DispatchHealth to come to the rescue. Their emergency care providers are able to evaluate patients for dehydration and administer IV fluids to more rapidly hydrate patients in a safe and beneficial way. And best of all, there’s no rush to the emergency room, no waiting room and no hassle. The team will come to you, wherever you happen to be, so you can relax on the couch while you wait to be seen.

The Importance of Staying Hydrated

Aside from helping you avoid the dangerous effects of dehydration, staying hydrated benefits you in a number of different ways. Being well-hydrated can:

  • Regulate your body temperature
  • Keep your cells nourished
  • Support proper organ function
  • Protect you against infections
  • Reduce your risk of coronary heart disease, bladder cancer, and colorectal cancer
  • Help you avoid headaches (and help relieve them)
  • Keep your joints lubricated
  • Relieve constipation
  • Increase your metabolism
  • Help you lose weight
  • Lower your chances of developing kidney stones
  • Prevent hangovers
  • Enhance the quality of your sleep
  • Make you feel more energized
  • Improve your mental function
  • Brighten your mood

The Connection Between Aging & Dehydration

It’s important for everyone to drink enough water, but staying hydrated can be even more critical among older adults. That’s because when an older person becomes dehydrated, he or she can face an especially high risk of kidney problems and other issues.

Unfortunately, it often becomes increasingly difficult to remain hydrated as we grow older. There are many reasons for this:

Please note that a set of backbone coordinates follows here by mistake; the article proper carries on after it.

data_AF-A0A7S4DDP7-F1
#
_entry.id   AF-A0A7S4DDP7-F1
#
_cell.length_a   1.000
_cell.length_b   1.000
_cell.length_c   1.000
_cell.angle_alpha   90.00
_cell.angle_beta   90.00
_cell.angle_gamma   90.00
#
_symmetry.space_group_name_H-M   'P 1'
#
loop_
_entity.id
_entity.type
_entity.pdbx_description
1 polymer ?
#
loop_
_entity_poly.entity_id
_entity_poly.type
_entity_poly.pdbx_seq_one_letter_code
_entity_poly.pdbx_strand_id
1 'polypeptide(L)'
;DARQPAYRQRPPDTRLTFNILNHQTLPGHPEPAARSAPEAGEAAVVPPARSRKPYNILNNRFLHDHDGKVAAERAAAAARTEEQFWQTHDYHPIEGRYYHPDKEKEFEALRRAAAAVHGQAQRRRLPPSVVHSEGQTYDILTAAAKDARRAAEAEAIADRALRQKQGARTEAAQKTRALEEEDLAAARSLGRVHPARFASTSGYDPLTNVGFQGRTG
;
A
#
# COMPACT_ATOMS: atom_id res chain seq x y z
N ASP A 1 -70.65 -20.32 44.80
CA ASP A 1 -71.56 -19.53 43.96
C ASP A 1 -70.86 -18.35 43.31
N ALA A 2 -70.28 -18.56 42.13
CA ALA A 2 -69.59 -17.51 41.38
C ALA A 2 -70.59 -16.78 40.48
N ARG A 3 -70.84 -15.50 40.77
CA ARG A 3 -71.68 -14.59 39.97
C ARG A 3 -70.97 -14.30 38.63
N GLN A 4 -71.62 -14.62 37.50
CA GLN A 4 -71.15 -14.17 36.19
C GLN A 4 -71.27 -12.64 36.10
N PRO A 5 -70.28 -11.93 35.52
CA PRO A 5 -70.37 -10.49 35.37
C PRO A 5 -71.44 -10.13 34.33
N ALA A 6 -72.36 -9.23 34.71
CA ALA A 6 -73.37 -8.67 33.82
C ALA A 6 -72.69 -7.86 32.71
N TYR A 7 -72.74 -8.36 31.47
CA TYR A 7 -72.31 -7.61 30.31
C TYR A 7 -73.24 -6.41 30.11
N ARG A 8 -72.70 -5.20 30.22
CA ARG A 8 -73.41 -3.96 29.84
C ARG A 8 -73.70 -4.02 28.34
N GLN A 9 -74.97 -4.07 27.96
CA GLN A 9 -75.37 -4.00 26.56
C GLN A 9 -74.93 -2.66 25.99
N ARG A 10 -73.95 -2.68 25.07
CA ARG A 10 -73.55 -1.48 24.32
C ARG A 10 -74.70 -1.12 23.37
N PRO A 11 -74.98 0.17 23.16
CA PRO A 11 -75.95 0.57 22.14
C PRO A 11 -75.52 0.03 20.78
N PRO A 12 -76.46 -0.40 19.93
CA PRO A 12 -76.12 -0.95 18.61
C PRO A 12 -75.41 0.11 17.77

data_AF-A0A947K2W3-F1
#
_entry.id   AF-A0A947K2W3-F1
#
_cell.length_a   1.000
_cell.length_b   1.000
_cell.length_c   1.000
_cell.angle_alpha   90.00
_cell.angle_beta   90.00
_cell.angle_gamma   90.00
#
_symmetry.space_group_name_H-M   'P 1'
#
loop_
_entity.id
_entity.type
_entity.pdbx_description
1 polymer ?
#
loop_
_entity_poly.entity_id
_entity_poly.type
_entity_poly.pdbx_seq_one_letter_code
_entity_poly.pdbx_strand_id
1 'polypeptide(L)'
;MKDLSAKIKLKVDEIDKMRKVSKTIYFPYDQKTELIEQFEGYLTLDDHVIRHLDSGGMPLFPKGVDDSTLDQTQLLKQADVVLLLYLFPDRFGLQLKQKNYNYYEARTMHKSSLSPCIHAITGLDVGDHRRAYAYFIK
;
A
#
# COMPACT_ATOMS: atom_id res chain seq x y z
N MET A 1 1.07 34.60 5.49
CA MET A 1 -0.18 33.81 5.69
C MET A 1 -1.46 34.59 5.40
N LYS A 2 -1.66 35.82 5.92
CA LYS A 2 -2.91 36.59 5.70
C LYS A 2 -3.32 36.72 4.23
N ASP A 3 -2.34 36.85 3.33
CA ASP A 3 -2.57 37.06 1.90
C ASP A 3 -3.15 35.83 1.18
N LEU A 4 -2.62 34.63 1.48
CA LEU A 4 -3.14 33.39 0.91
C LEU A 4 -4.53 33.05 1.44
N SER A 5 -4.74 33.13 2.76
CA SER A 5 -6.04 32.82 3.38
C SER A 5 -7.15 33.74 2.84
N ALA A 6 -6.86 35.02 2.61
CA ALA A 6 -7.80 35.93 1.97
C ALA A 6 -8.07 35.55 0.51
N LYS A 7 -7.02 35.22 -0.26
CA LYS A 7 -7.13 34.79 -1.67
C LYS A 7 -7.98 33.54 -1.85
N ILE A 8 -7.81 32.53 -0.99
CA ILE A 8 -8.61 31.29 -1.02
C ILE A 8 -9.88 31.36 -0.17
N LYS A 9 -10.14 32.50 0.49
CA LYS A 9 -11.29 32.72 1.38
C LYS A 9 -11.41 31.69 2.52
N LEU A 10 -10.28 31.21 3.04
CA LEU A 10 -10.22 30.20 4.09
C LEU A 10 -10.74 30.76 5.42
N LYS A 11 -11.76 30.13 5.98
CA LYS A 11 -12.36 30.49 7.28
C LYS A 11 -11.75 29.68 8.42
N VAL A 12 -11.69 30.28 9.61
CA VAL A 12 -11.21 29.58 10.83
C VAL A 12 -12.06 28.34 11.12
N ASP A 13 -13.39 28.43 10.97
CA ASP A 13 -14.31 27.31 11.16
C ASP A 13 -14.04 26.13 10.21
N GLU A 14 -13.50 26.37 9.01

• Loss of the sense of thirst – When our bodies need water, how do they communicate that to our brains? We feel thirsty. However, as we age, our thirst response becomes progressively weaker. As such, older people might be dehydrated and not even know it.
  • Impaired kidney function – It’s normal for kidney function to go downhill over the years. As we age, our kidneys have more and more trouble removing toxins from our blood, and they start producing less-concentrated urine. The result of this is that older adults end up losing more water while urinating, which can in turn lead to dehydration.
  • Fewer water reserves – When compared to their younger counterparts, older bodies contain significantly less water. Because older people don’t have as much stored water to rely upon in the event that they don’t drink enough, it’s easier for them to become dehydrated.
  • Increased reliance on medication – Many adults start encountering more and more health conditions as they advance in age. Certain conditions in and of themselves can cause seniors to lose additional water through urination. For example, diabetes and kidney disease can both result in fluid loss. But what’s worse is that the medications used to treat these conditions can lead to even more water output through urination. Blood pressure medication, for instance, commonly causes an increase in urination.